The 4 Elements at the Forest Hills Cemetery

Although a friend warned that going to a cemetery to see art sounded more like a haunted hayride than a cultural affair, I soon discovered there is nothing garish or ghoulish about The 4 Elements—the sprawling and inspiring collection of installation artworks dotting the Victorian landscape of the Forest Hills Cemetery, located in Roxbury. Having never been to Forest Hills, I was stunned by the ground’s remedying effects on my altogether too-cosmopolitan self, feeling suddenly displaced to a Jane Austen novel…or at least somewhere between the English countryside and Alice in Wonderland. I thought to myself, “What a perfect place for truly weird art.”

If you’ve ever wondered why people build immense and laborious works of art only to break them down shortly after, you wouldn’t be alone. Installation art has had its share of overly discerning and disappointed crowds. The 4 Elements, however, suggests an influence of environmental artists like Andy Goldsworthy and Richard Long—a kind of keyed-up collection of natural wonders and environments tampered with just enough to be, well, incredibly cool. Although it usually takes Robert Smithson’s Spiral Jetty or Walter De Maria’s The Lightning Field to draw appreciable aplomb, there is definitely something to be said for a twilight stroll through a cemetery spotted with spiraling branches and man-made “islands” drifting autonomously across sun-flecked water. I was thrilled just to find such beautiful landscape within walking distance of the Orange Line. The interspersed installations, both highly conceptual and highly produced, are subtle reminders of man’s relationship to naturally wonderful places.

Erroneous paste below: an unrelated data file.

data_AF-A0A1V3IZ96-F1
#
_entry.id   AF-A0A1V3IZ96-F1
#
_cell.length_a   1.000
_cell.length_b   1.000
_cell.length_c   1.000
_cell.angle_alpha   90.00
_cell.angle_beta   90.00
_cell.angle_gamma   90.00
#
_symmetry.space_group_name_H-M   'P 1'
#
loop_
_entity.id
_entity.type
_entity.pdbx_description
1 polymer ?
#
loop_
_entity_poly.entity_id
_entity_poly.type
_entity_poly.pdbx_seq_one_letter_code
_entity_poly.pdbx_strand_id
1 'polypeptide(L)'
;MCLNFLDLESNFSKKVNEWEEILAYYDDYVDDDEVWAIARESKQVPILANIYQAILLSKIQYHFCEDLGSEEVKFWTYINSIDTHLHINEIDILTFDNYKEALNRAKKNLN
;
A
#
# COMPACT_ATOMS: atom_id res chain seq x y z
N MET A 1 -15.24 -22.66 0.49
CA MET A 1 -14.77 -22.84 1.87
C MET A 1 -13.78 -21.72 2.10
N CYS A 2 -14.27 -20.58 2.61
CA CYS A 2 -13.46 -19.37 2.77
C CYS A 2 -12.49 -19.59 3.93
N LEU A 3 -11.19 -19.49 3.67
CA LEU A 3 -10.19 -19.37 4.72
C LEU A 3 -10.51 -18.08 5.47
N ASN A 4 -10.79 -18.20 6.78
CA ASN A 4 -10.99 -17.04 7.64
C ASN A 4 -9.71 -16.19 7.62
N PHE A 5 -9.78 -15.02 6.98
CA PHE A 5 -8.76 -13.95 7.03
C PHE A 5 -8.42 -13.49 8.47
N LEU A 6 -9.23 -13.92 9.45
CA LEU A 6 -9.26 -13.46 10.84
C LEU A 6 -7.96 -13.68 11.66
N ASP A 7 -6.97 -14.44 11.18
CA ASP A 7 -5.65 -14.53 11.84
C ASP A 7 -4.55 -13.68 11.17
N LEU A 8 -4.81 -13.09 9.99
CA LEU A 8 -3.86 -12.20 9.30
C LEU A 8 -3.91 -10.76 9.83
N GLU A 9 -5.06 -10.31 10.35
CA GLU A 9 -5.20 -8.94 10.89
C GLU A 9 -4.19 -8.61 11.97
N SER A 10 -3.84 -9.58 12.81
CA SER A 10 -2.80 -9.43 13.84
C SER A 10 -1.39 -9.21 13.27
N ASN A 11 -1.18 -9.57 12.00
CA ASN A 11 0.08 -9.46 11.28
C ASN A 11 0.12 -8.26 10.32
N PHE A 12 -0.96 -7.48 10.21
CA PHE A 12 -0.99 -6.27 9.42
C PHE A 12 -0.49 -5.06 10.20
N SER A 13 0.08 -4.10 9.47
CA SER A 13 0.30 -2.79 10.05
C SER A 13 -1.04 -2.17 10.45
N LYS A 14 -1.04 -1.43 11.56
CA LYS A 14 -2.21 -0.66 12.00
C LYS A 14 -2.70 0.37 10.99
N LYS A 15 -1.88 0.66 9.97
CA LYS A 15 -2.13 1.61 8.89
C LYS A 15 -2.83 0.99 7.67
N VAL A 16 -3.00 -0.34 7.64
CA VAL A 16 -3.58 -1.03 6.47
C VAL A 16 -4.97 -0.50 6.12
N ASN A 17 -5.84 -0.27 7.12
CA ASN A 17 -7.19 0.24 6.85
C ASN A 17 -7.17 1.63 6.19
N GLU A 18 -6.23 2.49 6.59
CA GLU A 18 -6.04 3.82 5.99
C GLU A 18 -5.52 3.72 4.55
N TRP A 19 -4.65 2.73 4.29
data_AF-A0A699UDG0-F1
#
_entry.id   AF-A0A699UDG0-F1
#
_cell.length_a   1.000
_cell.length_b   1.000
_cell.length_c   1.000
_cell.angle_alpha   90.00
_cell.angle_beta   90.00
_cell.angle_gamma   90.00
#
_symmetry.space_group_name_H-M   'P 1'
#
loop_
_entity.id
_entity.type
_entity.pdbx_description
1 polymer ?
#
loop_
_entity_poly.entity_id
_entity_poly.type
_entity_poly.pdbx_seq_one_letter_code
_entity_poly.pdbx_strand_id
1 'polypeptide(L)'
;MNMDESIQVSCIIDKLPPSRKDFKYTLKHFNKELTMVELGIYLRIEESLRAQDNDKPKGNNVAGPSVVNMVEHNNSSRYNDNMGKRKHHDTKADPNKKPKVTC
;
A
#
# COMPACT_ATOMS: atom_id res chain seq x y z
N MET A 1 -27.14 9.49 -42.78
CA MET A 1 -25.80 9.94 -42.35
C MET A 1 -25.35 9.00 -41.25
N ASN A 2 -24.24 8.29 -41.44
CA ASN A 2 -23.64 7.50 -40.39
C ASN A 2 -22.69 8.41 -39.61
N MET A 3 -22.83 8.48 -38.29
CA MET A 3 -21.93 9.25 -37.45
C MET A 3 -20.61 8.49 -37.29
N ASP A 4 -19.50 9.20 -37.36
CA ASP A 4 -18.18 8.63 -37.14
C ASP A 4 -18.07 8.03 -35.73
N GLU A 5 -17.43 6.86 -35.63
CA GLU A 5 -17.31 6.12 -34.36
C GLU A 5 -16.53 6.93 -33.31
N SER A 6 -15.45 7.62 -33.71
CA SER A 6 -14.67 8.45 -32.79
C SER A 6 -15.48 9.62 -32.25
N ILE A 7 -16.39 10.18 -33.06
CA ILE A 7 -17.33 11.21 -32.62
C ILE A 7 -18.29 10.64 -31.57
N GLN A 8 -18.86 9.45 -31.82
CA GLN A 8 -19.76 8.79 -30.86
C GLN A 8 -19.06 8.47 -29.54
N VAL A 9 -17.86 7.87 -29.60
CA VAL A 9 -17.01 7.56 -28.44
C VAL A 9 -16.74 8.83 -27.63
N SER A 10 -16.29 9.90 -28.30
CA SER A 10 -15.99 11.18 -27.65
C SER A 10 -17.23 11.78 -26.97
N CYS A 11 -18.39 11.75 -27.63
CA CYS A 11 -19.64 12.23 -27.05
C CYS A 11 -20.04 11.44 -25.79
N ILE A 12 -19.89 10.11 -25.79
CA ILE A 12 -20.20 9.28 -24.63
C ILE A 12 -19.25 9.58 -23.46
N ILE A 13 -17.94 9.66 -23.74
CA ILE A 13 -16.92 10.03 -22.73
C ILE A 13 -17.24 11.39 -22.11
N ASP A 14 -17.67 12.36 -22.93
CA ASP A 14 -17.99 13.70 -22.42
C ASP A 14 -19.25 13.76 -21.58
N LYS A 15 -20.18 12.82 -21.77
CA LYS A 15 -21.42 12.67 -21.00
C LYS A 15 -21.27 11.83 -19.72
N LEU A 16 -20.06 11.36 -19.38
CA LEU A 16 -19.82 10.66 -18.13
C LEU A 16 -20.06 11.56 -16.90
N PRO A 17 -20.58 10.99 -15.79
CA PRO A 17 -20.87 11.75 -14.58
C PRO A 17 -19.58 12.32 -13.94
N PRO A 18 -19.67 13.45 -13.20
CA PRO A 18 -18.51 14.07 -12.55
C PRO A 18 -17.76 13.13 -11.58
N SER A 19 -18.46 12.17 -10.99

Hanging cement mementos dangle from trees in Danielle Krcmar’s Favorite Things: An Indirect Portrait. Elsewhere, Amy Stacey Curtis uses mirrors to reflect and refract the surroundings, concurrently casting metaphoric associations concerning the soul and identity. A large pine-needle “nest” takes on the great archetypal form of a spiral. Its tremendous coil is suggestive of something living and breathing, and it is wonderfully gross. The artist, Jeanne Drevas, brought her own pine needles with her from Virginia—and there is something artistically perfect about that.

Lethe, the river of forgetfulness in Greek mythology, is represented by artist Frank Vasello with sticks of varying sizes flowing out of a wedge between stones and descending in a meticulous wiggle until manifesting in a perfect centripetal spiral. Taking three days to gather his materials and almost three more to construct the work, Vasello assured that his sticks (and Styx) were not actually secured in any way. Lethe thus has a mathematical majesty to it, clinging onto itself and the earth by virtue of its thoughtful construction.

Director Cecily Miller and her trusty staff have amassed and commissioned site-specific works from twenty artists who use a variety of strategies to impose their own visions on the landscape, taking the “four elements challenge” to heart. This is the second year that Forest Hills has sponsored such an exhibit and its ancillary programs. There are a couple more weeks to enjoy The 4 Elements—the event concludes August 31st. In the meantime, Forest Hills is fast becoming the most unexpected Dia Center of Boston.